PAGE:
All posts tagged with incident response

[Update: May 25, 2022 - GitHub integration is now re-enabled. You can connect to GitHub immediately or wait for the enhanced integration as described below. To re-establish your GitHub connection now, please follow these instructions.]

We know you are waiting for us to re-enable our integration with GitHub, and we've committed to you that we would only do so following a security review. We are happy to report that the review has now been completed.

One of the areas of focus was a review of the scope of tokens we request from GitHub and store on your behalf. Currently, when you authenticate with GitHub using OAuth, we request repo scope. The repo scope gives us the necessary...

How I Broke `git push heroku main`

engineering , Software Craftsman

Incidents are inevitable. Any platform, large or small will have them. While resiliency work will definitely be an important factor in reducing the number of incidents, hoping to remove all of them (and therefore reach 100% uptime) is not an achievable goal.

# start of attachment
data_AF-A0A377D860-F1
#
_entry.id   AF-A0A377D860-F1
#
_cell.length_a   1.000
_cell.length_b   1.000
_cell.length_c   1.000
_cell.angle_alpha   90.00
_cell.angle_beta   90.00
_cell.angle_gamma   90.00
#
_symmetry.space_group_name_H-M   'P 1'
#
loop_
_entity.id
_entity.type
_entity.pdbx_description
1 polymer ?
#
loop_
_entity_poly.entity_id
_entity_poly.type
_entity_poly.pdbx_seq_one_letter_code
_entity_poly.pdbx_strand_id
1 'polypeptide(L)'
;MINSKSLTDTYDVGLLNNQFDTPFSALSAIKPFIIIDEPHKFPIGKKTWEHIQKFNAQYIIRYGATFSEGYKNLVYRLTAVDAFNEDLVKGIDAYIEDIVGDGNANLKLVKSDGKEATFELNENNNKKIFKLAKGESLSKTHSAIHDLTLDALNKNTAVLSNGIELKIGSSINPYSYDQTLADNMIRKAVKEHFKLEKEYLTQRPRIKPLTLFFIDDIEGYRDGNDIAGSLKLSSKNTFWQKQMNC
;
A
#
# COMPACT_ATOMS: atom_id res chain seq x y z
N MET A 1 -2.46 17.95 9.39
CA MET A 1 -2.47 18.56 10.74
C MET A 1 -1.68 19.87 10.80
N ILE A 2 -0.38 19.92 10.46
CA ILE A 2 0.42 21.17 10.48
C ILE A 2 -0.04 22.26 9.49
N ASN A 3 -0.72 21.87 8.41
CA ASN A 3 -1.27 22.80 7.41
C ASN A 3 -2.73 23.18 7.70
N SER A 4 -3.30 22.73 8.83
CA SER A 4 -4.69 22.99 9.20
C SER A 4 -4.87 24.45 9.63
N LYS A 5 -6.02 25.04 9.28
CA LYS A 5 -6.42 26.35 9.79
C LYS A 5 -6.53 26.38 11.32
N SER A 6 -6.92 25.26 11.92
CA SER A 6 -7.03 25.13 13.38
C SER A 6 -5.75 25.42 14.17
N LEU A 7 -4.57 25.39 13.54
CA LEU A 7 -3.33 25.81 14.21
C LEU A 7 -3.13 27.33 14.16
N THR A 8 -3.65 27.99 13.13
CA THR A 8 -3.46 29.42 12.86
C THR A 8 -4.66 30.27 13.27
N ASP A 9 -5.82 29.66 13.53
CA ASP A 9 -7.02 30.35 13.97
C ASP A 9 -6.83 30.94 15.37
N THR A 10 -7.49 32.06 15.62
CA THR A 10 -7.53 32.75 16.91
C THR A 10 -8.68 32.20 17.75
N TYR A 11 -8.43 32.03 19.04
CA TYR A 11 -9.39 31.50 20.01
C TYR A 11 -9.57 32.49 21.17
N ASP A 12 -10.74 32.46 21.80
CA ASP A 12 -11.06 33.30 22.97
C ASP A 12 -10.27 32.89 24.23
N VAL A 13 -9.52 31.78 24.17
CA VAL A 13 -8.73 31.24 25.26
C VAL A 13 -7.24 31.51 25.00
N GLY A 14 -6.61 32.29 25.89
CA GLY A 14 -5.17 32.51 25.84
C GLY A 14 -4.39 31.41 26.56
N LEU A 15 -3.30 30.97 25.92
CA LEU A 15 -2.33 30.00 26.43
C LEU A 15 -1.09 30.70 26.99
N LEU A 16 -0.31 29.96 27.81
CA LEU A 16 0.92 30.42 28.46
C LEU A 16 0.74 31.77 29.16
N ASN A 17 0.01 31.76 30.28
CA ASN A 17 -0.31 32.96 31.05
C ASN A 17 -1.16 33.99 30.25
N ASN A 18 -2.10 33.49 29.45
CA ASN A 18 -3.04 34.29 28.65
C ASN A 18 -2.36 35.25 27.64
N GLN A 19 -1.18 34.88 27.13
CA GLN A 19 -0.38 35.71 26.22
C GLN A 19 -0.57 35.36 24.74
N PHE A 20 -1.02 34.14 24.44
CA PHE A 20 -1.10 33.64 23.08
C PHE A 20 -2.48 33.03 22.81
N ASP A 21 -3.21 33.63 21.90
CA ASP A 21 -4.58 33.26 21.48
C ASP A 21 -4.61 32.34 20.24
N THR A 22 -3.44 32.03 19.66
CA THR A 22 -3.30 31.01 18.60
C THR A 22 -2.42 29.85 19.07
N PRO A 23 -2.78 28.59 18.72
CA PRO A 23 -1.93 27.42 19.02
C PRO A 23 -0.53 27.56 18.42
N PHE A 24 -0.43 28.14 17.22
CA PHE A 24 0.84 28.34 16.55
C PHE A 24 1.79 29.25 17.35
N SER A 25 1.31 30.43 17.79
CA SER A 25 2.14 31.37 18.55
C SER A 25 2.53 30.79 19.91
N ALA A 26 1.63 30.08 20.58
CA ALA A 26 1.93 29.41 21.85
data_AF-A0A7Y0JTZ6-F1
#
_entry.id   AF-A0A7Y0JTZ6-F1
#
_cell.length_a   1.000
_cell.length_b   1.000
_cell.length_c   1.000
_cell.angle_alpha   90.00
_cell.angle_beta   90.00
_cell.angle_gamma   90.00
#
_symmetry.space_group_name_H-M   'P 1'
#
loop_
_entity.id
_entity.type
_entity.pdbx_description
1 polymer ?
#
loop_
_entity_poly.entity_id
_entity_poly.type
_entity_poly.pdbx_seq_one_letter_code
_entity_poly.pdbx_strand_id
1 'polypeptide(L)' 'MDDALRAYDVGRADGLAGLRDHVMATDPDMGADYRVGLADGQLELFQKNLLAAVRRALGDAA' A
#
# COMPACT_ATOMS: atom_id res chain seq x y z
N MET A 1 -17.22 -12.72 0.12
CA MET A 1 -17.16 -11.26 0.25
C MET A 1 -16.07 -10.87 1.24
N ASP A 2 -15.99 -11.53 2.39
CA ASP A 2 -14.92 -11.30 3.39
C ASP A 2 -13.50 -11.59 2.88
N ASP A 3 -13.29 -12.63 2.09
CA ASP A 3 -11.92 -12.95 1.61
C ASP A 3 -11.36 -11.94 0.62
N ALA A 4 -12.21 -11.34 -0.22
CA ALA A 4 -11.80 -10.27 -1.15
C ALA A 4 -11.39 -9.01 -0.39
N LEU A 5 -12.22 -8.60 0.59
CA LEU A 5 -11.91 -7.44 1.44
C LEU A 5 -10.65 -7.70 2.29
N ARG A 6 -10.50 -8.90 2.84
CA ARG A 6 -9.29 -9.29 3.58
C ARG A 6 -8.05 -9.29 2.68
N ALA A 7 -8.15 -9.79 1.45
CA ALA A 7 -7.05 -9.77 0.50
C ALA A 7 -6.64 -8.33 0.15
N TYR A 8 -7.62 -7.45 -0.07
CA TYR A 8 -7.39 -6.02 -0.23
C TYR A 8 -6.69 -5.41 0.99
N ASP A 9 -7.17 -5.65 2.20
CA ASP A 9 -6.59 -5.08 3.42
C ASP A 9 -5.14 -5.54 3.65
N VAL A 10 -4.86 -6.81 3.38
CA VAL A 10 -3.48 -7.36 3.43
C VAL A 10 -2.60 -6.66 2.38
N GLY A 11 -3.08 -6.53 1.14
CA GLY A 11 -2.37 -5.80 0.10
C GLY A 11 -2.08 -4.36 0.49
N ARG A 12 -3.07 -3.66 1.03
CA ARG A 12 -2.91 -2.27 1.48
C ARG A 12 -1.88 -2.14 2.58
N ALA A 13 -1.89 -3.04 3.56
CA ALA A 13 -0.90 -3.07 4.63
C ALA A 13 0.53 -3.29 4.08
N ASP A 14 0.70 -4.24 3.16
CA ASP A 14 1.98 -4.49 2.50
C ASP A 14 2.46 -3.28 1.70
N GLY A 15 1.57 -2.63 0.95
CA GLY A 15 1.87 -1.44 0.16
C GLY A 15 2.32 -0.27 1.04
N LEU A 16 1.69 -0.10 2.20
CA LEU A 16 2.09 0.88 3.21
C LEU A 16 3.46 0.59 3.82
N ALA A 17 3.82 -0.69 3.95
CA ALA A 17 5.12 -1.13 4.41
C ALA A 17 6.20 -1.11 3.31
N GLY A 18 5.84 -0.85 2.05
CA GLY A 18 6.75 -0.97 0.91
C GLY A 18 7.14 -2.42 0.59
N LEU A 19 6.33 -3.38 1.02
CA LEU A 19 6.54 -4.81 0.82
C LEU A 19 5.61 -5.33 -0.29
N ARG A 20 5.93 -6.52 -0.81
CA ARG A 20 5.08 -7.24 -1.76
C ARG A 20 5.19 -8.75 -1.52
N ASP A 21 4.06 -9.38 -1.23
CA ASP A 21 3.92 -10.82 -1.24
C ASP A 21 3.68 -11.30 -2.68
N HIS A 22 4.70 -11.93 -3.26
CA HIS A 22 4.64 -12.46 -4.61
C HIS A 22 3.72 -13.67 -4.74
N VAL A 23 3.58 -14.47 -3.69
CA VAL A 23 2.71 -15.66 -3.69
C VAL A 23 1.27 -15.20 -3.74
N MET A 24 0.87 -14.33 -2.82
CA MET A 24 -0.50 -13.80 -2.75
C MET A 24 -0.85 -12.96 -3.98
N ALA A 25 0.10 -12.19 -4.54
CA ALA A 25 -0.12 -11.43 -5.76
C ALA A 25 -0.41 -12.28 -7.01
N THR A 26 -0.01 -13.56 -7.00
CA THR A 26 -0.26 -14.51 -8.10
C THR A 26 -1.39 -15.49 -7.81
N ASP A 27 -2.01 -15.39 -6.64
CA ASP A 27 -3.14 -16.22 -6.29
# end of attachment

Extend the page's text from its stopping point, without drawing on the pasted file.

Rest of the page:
We should, however, learn as much as we can from incidents, so we can avoid repeating them.

In this post, we will look at one of those incidents, #2105, see how it happened (spoiler: I messed up), and what we’re doing to avoid it from happening again (spoiler: I’m not fired).



Retrospectives are a valuable tool for software engineering teams. Heroku consistently uses retrospectives to review operational incidents, root cause problems, and generate remediation tasks to improve our systems. Increasingly we use retrospectives for another purpose: to improve teamwork and interactions on projects. Here we intentionally avoid technical discussions and focus on the emotional and human aspects of work, with the goal of creating positive insights into how to improve as a team.

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